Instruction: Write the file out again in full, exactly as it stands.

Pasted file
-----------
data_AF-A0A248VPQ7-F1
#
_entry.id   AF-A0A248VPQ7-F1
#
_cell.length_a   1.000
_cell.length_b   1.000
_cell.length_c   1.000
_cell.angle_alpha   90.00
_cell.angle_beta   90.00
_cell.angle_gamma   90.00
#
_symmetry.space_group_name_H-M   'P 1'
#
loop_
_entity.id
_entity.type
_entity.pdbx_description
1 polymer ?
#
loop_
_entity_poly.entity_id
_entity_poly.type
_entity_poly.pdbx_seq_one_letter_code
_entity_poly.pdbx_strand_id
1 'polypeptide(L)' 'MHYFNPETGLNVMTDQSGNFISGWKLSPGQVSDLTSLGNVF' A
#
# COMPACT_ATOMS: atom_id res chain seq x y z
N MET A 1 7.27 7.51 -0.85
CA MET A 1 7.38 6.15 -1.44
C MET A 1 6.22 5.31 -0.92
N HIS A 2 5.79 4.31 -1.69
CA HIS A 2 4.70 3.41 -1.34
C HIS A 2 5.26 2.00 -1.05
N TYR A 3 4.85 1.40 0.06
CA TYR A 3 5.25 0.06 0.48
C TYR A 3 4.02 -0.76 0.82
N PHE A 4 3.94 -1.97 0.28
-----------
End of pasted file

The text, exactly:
data_AF-A0A248VPQ7-F1
#
_entry.id   AF-A0A248VPQ7-F1
#
_cell.length_a   1.000
_cell.length_b   1.000
_cell.length_c   1.000
_cell.angle_alpha   90.00
_cell.angle_beta   90.00
_cell.angle_gamma   90.00
#
_symmetry.space_group_name_H-M   'P 1'
#
loop_
_entity.id
_entity.type
_entity.pdbx_description
1 polymer ?
#
loop_
_entity_poly.entity_id
_entity_poly.type
_entity_poly.pdbx_seq_one_letter_code
_entity_poly.pdbx_strand_id
1 'polypeptide(L)' 'MHYFNPETGLNVMTDQSGNFISGWKLSPGQVSDLTSLGNVF' A
#
# COMPACT_ATOMS: atom_id res chain seq x y z
N MET A 1 7.27 7.51 -0.85
CA MET A 1 7.38 6.15 -1.44
C MET A 1 6.22 5.31 -0.92
N HIS A 2 5.79 4.31 -1.69
CA HIS A 2 4.70 3.41 -1.34
C HIS A 2 5.26 2.00 -1.05
N TYR A 3 4.85 1.40 0.06
CA TYR A 3 5.25 0.06 0.48
C TYR A 3 4.02 -0.76 0.82
N PHE A 4 3.94 -1.97 0.28